Provider Farm

From our fields, for your family

Shareholders

August 8, 2020

We hope everyone is intact after the storm and power is back on for everyone. We just wanted to extend a thank you to everyone again for their flexibility with the storm cancelations and rescheduling. Flexibilty seems to be the theme of this year!

Also a huge thank you and round of applause to our farm crew for busting their butts in windy conditions to get everything buttoned down, coming in for extra hours post storm, and staying late to get the farm under control. Ya'll are the best!

This Week's Share

The link to the NEW sign up form for august/September  is here.

You must sign up for new slots for the month. Sign ups from last month will not carry over.

Please select one slot per week. If you sign up for this week, it will not carry over to the following weeks.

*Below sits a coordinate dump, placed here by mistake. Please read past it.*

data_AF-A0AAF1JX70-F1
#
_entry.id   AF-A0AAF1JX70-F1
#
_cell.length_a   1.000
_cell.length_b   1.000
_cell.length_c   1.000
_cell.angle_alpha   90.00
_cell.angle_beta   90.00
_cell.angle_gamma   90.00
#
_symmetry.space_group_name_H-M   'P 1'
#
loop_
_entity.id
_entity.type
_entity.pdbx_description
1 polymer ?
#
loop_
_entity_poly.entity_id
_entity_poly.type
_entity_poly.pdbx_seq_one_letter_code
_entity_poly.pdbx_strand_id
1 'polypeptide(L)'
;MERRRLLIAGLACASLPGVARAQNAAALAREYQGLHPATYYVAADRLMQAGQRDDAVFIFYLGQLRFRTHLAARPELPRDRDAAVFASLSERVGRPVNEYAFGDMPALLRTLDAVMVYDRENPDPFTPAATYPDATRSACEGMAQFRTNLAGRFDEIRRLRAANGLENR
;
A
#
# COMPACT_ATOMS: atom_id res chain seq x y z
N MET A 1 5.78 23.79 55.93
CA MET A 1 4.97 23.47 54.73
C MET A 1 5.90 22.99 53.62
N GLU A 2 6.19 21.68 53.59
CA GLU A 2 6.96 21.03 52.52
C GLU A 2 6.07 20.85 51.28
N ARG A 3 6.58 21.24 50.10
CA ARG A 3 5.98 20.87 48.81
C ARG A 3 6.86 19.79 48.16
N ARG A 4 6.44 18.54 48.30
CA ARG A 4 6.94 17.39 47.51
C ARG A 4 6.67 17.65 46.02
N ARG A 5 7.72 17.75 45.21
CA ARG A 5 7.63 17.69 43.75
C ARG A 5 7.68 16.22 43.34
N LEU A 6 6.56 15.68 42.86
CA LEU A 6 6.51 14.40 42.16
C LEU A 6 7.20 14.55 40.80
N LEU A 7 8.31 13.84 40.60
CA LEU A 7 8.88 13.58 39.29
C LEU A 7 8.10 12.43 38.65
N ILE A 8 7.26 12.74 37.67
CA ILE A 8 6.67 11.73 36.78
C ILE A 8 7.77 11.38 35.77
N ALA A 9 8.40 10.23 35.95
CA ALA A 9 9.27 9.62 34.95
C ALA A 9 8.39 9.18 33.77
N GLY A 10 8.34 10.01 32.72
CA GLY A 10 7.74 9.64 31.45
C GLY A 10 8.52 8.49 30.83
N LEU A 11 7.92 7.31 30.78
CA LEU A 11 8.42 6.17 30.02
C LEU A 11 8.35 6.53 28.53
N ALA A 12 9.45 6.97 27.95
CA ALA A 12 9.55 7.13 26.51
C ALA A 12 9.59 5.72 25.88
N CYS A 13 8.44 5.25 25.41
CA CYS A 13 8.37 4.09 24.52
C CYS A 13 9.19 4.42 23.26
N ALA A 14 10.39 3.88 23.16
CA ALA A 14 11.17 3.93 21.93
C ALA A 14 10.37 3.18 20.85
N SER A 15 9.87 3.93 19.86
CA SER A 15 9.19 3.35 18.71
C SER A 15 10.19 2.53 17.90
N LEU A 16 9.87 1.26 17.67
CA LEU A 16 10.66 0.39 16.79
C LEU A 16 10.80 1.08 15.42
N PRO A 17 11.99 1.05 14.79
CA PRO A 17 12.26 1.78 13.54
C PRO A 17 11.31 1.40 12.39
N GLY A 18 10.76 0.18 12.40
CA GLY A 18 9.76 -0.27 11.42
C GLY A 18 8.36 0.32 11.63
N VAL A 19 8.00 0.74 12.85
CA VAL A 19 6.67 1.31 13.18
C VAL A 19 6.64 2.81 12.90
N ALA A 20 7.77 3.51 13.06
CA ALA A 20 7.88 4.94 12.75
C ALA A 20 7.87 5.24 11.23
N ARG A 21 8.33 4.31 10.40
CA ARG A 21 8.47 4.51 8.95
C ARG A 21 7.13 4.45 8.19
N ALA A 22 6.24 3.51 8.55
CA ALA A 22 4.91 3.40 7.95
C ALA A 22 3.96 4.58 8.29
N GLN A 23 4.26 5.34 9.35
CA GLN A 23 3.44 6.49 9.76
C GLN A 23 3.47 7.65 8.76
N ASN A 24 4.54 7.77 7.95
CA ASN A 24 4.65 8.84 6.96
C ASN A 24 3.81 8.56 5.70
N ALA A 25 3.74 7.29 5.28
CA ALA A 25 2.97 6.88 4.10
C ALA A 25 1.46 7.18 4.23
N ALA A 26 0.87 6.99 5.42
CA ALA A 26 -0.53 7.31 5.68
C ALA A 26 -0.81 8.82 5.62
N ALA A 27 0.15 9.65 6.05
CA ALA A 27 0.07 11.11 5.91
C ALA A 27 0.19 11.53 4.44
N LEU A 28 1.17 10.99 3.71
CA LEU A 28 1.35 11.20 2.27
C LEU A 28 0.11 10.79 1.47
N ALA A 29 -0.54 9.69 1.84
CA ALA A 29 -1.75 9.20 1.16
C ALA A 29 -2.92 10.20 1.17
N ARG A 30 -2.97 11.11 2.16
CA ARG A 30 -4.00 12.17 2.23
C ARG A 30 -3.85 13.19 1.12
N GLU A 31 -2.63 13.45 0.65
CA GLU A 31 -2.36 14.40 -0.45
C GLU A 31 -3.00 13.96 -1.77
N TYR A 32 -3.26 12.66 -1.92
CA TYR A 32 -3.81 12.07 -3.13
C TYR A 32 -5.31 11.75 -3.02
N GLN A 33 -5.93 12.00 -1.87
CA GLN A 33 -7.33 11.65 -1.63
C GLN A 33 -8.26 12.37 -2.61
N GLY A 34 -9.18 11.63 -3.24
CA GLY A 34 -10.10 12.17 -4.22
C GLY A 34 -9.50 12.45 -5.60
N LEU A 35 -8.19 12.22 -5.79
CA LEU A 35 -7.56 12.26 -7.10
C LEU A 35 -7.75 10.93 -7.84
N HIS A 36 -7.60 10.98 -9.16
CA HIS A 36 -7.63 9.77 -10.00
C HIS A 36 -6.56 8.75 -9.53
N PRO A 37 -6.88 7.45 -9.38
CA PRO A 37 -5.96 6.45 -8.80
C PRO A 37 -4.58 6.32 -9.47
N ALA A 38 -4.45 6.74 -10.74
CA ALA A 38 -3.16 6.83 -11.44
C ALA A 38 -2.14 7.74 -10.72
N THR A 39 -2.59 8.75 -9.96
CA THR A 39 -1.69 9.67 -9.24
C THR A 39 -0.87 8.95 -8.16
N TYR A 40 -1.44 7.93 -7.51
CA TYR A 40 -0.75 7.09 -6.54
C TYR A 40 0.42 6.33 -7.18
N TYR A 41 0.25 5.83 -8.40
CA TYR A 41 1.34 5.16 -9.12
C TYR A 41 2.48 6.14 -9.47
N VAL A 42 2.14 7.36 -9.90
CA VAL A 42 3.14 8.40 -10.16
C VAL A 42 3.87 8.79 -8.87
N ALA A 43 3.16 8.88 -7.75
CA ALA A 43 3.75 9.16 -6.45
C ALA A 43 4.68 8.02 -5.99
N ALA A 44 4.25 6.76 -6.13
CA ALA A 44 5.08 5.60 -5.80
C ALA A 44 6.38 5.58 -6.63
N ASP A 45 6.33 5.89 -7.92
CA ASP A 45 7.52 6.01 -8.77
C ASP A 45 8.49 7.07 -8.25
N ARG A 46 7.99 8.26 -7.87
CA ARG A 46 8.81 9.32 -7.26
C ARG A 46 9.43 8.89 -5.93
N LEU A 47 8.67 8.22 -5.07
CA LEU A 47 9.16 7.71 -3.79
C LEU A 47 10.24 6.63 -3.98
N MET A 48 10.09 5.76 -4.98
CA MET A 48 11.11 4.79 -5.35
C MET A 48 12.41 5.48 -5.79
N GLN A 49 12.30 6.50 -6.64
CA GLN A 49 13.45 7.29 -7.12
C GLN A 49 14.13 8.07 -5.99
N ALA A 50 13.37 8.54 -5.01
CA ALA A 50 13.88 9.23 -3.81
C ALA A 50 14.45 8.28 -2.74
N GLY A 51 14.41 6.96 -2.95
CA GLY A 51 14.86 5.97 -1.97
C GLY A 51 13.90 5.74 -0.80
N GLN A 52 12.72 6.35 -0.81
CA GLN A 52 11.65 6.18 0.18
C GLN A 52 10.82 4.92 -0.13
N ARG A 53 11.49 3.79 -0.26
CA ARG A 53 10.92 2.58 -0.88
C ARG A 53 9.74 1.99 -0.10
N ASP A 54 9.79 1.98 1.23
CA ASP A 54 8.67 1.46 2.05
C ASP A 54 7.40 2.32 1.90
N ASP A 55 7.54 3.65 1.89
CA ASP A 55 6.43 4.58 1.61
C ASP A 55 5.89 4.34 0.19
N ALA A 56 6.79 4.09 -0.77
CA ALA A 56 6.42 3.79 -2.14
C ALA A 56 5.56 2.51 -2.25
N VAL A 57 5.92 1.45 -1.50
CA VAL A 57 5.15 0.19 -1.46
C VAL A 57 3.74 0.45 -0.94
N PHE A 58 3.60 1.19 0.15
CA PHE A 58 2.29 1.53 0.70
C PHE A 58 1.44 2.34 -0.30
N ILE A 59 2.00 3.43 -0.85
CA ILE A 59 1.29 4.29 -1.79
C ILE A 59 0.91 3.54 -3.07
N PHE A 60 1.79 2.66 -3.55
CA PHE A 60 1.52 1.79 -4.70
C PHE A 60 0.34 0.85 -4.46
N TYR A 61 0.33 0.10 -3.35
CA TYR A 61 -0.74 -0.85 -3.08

This is only for shareholders picking out the share. Do not sign up for a slot if you are picking up a box.

This August may find me buried in piles of unopened mail, dust bunnies and unfolded laundry, but also in piles or luscious tomatoes, so who can complain? Tomatoes, tomatoes, tomatoes! It is tomato season and there are tons rolling in from the fields now of all shapes, sizes an colors. While the storm really hammered them and knocked most of the trellises down, we were able to stand them all back again and though they are a little banged up, will be just fine. This week the heirloom tomatoes will be coming in. They are all different colors when ripe: yellow, rose, green, purple and a tie dyed yellow, red and green. If you are confused by them, just ask. They do not hold as long as the red hybrids so eat them up first.